You can rationalise a minimum wage which slightly harms employment by asking what the role of the welfare state actually is. If it's to help people of low incomes across the board, then the key thing is to get everyone into work no matter how badly paid, and top their quality of life up to an acceptable level. If, conversely, it's a safety net to help those out of work, then there's not much to be said for the prospect of people in work still needing help. To put it in the Blairite language with which it was promoted, the minimum wage is about making work pay. If work doesn't pay, and is subsequently made unviable by a – still very low – minimum wage, then it's not the biggest hit ever taken.

Similarly, a slight hit to growth caused by the minimum wage can again work out OK, especially if redistributionist policies ensure that the paid from that hit is taken by the rich. Compare it, for instance, to tax. It is widely accepted that there is a deadweight loss to taxation – that is, the act of taxing people reduces their incomes by more than the amount of revenue received. Nonetheless, we do it, because we think it might be worth turning a pound in a rich person's pocket into 90p in the hand of someone poor. And the same is true of the minimum wage – the unambiguous winners of it are working poor people, and if the hit is taken by people richer than them, that might be a decision worth taking. Every policy has trade-offs, and requiring the minimum wage to have absolutely no negative effects is holding it to a standard no other policy could live up to.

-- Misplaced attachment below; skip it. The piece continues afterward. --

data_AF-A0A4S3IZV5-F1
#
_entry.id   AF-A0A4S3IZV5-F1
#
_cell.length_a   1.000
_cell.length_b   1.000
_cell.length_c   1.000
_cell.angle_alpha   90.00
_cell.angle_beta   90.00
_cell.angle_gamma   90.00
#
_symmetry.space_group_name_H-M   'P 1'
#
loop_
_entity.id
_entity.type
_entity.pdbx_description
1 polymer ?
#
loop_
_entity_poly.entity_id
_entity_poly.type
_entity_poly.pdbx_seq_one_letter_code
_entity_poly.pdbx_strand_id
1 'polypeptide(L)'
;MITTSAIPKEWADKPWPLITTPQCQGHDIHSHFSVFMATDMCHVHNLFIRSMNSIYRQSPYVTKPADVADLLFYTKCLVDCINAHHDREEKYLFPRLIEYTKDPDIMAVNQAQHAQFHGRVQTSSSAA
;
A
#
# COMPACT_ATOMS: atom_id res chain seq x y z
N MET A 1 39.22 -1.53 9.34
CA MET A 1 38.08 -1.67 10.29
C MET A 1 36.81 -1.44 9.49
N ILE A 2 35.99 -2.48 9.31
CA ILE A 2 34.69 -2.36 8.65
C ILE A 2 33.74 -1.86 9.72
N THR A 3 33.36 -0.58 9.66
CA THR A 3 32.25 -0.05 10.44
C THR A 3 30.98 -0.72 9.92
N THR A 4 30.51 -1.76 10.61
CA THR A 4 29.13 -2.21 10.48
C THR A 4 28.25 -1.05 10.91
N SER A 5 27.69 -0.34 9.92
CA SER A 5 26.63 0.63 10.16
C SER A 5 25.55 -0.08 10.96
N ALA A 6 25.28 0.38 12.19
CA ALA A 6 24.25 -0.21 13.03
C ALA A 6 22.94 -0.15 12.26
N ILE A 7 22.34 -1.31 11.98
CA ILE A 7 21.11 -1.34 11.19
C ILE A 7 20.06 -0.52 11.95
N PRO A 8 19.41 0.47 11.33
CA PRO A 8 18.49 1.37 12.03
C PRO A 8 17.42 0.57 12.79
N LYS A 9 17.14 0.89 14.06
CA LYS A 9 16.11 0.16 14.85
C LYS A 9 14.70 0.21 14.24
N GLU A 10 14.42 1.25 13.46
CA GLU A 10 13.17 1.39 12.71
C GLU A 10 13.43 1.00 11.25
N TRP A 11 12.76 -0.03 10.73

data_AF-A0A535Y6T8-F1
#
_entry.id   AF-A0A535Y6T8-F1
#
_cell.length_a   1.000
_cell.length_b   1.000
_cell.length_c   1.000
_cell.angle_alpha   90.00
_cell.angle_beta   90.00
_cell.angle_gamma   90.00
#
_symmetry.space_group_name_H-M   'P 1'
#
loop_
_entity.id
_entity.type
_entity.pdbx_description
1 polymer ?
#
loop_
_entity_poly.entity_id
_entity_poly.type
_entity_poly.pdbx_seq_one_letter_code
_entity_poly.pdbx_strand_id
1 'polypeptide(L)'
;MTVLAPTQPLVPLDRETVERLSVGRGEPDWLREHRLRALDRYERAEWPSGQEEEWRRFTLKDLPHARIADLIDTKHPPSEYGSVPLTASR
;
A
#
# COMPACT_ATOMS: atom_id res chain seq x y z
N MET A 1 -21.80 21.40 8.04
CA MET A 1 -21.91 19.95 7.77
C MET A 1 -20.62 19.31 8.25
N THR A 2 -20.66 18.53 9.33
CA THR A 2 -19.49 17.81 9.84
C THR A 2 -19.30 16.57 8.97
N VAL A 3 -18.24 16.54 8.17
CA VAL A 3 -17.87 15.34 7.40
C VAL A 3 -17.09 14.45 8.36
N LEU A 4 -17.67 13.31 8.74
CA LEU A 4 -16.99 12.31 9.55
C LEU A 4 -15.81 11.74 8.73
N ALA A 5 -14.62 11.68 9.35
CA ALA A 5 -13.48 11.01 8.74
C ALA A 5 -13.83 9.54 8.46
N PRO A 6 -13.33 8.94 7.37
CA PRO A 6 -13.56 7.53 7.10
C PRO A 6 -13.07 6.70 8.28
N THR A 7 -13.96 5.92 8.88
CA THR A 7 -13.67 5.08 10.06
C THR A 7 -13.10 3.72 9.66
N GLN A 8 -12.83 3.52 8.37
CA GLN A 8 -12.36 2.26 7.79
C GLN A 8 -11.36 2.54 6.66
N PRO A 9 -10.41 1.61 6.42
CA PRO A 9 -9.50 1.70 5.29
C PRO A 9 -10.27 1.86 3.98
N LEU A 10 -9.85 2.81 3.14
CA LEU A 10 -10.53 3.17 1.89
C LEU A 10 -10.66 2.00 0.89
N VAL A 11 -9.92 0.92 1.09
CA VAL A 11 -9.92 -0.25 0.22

The Government's instruction to the Low Pay Commission to do something they are already doing will hopefully remain just that. But if it becomes the start of a whispering campaign to suggest that minimum wage laws are making us all worse off, remember that they aren't; and that even if they were making some of us worse off, it might well be worth it given those whose lives they improve.

Photograph: Getty Images

Alex Hern is a technology reporter for the Guardian. He was formerly staff writer at the New Statesman. You should follow Alex on Twitter.

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The dog at the end of the lead may be small, but in fact what I’m walking is a hound of love

There is a new, hairy face in the Hovel.

There is a new, hairy face in the Hovel. I seem to have become a temporary co-owner of an enthusiastic Chorkie. A Chorkie, in case you’re not quite up to speed with your canine crossbreeds, is a mixture of a chihuahua and a Yorkshire Terrier, and while my friend K— busies herself elsewhere I am looking after this hound.

This falls squarely into the category of Things I Never Thought I’d Do. I’m a cat person, taking my cue from their idleness, cruelty and beauty. Dogs, with their loyalty, their enthusiasm and their barking, are all a little too much for me, even after the first drink of the day. But the dog is here, and I am in loco parentis, and it is up to me to make sure that she is looked after and entertained, and that there is no repetition of the unfortunate accident that occurred outside my housemate’s room, and which needed several tissues and a little poo baggie to make good.

As it is, the dog thinks I am the bee’s knees. To give you an idea of how beeskneesian it finds me, it is licking my feet as I write. “All right,” I feel like saying to her, “you don’t have to go that far.”